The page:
Happy book hunting to everyone and, if you aren’t taking advantage of the discount today, be open to gifting yourselves down the road. Coming in July is Movie Workers: The Women Who Made British Cinema by Melanie Bell, to be followed in October by Movie Mavens: US Newspaper Women Take On the Movies, 1914-1923 edited by Richard Abel and Citizen Spielberg, 2nd ed., by Lester D. Friedman later in January. Also, we should go ahead and mention the journals related to our interests that are issued by UI Press and primarily seen in academic libraries and departments: Journal of Film and Video, ed. Michael Clarke, Visual Arts Research, eds. Laura Hetrick, Jorge Lucero, and Sarah Travis, and the aforementioned Music and the Moving Image, eds. Robynn J. Stilwell and Sadoff.

The University of Illinois Press has published quality discourse from its Champaign-Urbana offices since 1918. The director is Laurie Matheson, editor-in-chief is Daniel Nasset, and acquisition editors are Dominique J. Moore and Alison K. Syring. Marketing and sales manager is Michael Roux.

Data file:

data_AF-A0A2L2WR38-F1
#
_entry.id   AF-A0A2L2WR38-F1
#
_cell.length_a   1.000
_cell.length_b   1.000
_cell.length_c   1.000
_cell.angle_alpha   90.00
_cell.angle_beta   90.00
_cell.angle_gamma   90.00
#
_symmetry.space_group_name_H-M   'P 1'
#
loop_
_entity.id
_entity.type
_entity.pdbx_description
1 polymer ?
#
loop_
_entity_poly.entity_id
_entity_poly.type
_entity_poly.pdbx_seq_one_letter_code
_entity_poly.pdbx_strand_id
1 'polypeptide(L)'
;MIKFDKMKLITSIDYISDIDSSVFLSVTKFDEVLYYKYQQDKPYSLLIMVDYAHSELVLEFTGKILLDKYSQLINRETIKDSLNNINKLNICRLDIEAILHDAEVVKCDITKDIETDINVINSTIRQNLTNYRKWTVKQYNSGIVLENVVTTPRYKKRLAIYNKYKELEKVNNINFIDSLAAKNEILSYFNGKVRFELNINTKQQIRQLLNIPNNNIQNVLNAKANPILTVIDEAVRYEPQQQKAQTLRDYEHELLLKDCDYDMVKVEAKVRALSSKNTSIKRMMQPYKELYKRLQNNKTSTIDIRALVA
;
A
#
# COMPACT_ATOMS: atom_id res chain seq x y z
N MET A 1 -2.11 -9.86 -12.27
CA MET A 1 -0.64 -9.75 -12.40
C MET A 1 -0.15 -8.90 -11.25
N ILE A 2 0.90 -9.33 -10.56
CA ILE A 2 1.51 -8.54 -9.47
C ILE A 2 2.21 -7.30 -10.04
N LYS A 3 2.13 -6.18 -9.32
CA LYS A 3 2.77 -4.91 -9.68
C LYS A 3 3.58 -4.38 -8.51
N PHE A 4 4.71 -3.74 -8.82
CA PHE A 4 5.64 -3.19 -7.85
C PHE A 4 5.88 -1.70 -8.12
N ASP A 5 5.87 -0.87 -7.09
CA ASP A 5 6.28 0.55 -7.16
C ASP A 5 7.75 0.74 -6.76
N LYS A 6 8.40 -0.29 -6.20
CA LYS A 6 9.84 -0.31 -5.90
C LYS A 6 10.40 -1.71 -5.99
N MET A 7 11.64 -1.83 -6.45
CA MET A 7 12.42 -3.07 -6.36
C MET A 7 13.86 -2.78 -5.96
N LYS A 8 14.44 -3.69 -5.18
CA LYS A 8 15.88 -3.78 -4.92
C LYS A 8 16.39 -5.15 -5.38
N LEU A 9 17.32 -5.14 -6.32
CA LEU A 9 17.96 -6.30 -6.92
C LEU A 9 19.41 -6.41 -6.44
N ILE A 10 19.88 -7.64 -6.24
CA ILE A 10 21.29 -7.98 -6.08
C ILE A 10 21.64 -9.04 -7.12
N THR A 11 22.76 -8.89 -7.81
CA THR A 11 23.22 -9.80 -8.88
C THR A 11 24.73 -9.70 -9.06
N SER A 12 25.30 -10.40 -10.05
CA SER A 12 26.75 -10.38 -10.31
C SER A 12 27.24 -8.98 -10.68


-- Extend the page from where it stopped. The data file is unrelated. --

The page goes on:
~ Jason Pankoke

p.s. The concept behind another book, Voicing the Cinema: Film Music and the Integrated Soundtrack edited by James Buhler and Hannah Lewis (rel. Mar. 2020), makes me think of the late UI professor Joseph Tykociner even if music was not the raison d’être of his sound-on-film experimentation. We’re fortunate that another scholar incorporated his story into a volume published this year.

p.s.2 Now I really want to read Punks in Peoria. I’m allowed to lose myself in a constructive tangent that is not about film and media, right? I would also be curious to compare Wright and Barrett’s approach in relaying this history with the one about do-it-yourself cultural creation that I played a part in so long ago.

p.s.3 That said, I’m surprised Punks in Peoria is not branded with the new UI Press imprint, 3 Fields Books, “dedicated to titles about the Prairie State and Midwest.” I wonder if their editorial team is game for considering things about Illinois, film, and media. Hrm.

[Updated 6/25/21, 5:15 a.m. CST]